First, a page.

As an unusual and exotic pet veterinarian I am lucky enough to see a huge number of different species and problems. I might start the morning off with treating a rabbit with a sore mouth. Then move on to a macaw with a broken wing followed by a snake with a respiratory infection. You just never know what will be next! However, having said that, the old saying of “common things are common” does hold true for exotic pets. In this article I thought I would look at the number one reason (other than vaccinations and health check-ups) that each of the species we commonly see presents to us. Hopefully by knowing what is really common in the pet that you keep you will be able to do everything you can to prevent that problem occurring.

Rabbits – I’m not eating!

Inappetence (not eating) takes the cake for the most common reason we see unwell rabbits present to our clinics. The important thing to realise is that not eating can be a symptom of almost any condition in rabbits. There is not one common reason why. Although dental diseases are a common cause of inappetence in rabbits but they are not the only cause.

Rats – I have the snuffles!

Snuffly rats (those suffering from respiratory disease) win the most common presentation by a mile for rats. We estimate that 99% of the rats we see have (or have had) some form of respiratory disease at some point during their life. The most common cause of rats sneezing, coughing and making loud breathing noises. Is a mixed infection with mycoplasma, bacteria and in some cases viruses.

Mice – I’m itchy!

Many mice present as they have started scratching excessively, in some cases to the point where they have torn holes in their skin. There are a large number of causes for why this might occur. But the most common is external parasites. Itchy mice can be very simple to treat in some cases or extremely difficult in others.

Guinea Pigs – My mouth hurts!

Guinea pigs are often very good at hiding their illnesses, meaning that they often don’t show any symptoms until they have been unwell for a long time. Unfortunately, dental disease is one of these conditions and it can often take several days or even weeks for your guinea pig to start showing signs that it is not feeling well. When they do start to show signs of dental disease, it is often in the form of weight loss or not eating as much. So it is good to get into the habit of weighing your guinea pig regularly, that way you can pick up any changes early. 

Ferrets – I’m sick!

Ferrets can be challenging to work with in some cases as often they present with non-specific clinical signs. This generally means that they are flat and lethargic, sometimes inappetant and often slightly dragging their hind legs. Unfortunately, this presentation is not specific to any one condition and further testing is generally needed to try to narrow down what might be making your ferret feel unwell.

Parrots – I’m fluffed up!

Parrots are even worse than ferrets at helping out us vets! The most common reason we see parrots present to our clinics is that they are fluffed up with their eyes partially closed and not doing much. They will often be off their food and drinking less as well. Unfortunately, these are also non-specific signs that simply tell us that your feathered friend isn’t feeling well.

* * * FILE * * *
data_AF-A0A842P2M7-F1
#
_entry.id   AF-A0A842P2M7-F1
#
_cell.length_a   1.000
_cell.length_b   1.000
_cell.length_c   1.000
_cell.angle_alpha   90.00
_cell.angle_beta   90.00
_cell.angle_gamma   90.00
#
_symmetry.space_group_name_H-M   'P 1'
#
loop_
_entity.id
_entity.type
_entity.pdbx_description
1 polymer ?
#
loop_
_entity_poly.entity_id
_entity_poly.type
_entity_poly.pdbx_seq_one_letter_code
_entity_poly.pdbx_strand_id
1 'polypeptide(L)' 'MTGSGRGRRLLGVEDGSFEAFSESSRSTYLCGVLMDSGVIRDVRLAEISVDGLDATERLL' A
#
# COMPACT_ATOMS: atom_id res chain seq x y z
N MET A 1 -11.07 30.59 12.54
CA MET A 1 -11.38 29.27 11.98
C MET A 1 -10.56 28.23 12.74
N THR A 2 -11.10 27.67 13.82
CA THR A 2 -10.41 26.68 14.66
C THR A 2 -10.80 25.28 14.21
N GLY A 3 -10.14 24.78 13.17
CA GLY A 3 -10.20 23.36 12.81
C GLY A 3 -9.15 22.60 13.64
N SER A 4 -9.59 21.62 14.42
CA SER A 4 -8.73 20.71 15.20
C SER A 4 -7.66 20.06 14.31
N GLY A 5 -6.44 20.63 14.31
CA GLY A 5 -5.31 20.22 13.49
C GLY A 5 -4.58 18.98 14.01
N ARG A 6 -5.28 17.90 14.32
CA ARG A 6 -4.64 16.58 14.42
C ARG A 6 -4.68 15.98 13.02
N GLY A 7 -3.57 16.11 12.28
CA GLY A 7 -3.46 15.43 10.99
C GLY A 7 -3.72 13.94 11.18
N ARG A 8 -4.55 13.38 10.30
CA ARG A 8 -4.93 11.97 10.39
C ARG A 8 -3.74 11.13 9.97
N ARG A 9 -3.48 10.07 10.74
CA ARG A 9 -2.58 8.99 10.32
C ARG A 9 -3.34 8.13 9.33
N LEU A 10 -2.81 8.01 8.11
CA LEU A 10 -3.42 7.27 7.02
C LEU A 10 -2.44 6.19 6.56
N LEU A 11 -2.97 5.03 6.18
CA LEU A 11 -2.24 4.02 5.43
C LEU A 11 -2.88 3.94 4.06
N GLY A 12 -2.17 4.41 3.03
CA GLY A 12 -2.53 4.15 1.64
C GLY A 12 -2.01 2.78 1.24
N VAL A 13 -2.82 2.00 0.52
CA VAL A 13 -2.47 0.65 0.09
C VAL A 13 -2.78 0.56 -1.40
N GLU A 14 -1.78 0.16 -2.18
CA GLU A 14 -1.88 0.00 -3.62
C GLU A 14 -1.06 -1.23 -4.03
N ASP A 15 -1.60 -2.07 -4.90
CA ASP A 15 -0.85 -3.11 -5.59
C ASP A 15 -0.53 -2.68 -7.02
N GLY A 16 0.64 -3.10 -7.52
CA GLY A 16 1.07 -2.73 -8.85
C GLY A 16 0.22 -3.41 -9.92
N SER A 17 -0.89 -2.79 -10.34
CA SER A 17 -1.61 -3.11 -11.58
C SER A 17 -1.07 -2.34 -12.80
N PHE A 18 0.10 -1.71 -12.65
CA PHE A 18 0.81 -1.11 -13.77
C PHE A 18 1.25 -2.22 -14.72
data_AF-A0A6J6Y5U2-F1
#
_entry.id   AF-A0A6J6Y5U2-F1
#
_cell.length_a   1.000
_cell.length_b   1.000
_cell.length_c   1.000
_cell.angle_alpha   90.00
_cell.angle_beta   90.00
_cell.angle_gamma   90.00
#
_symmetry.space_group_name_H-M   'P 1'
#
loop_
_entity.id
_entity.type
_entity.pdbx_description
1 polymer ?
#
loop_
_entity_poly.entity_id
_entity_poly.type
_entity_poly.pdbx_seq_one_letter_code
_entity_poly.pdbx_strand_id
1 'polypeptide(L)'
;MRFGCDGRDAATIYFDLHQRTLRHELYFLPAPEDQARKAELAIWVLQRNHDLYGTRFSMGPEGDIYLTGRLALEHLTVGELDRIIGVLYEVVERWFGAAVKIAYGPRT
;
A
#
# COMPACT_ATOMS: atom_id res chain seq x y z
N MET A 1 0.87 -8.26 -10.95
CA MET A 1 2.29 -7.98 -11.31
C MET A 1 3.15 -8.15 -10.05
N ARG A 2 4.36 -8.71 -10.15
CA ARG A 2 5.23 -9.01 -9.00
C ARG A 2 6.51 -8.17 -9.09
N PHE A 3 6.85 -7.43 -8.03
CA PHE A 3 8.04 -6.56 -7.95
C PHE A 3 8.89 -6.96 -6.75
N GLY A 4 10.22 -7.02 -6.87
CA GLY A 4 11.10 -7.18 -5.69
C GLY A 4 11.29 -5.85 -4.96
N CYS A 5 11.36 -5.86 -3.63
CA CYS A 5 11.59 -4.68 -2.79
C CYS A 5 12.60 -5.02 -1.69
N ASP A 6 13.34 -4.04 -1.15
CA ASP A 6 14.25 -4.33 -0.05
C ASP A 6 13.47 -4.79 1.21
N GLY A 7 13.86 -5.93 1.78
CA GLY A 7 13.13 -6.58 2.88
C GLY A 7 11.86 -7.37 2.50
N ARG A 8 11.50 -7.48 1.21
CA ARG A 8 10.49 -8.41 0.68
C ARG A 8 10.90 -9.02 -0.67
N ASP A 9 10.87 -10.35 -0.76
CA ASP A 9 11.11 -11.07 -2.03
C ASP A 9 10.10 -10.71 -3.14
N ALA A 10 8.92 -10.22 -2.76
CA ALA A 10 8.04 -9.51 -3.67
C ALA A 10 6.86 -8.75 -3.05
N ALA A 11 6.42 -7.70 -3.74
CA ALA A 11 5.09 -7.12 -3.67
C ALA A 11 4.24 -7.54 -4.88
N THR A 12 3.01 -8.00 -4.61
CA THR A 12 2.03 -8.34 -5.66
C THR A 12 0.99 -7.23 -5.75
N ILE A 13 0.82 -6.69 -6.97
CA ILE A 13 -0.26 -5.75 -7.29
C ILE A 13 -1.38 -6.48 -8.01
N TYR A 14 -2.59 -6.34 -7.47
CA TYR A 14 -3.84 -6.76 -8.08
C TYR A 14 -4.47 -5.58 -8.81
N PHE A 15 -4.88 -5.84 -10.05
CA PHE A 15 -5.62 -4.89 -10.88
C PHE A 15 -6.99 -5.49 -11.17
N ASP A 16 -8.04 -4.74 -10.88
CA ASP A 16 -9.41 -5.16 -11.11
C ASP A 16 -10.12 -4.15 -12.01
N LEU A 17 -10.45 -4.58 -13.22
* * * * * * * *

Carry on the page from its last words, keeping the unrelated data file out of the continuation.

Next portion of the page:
Chickens – I’m ‘egg bound’!

Chicken owners love to book their chicken in for being ‘egg bound’ where as the reality is that egg binding is actually fairly uncommon in chickens. The most common reason we see chickens present is actually other reproductive problems such as inflammation and/or infection of their coelomic cavity (abdomen).

Snakes – I’m struggling to breathe!

Most snakes have one main lung that is very long and slender. They lack a diaphragm to help them cough and are not the best at clearing material that is accidently inhaled. Unfortunately, this makes them very predisposed to developing respiratory infections, commonly known as “RI” by many snake keepers.

Lizards – My bones hurt!

Incorrect lighting, poor diet and lack of appropriate temperatures within a lizard’s cage can lead to issues with their bones. Many of these conditions are preventable however once they occur they can be difficult to treat so please do your research and make sure you have their enclosure set up correctly.

Turtles – My shell is sore!

Shell and skin infections in turtles are very common. These are also often caused by problems with how they are kept or the quality of the water in their cage. It is important to ensure that regular water testing is undertaken as well as to make sure that the right type of lighting and heat is provided for your chelonian friend.

Amphibians – My water is burning me! Help my skin hurts!

Frogs and axolotls very commonly present for issues that have been caused by poor water quality within their cage. In many cases the level of harmful substances, such as ammonia, in their water is often high enough to actually burn their skin. As for turtles, regular water testing and maintenance is needed.

If you have any further questions or would like any further information on the above species or problems please don’t hesitate to contact us ( or see our website for more information (

Article written by Dr James Haberfield of The Unusual Pet Vets

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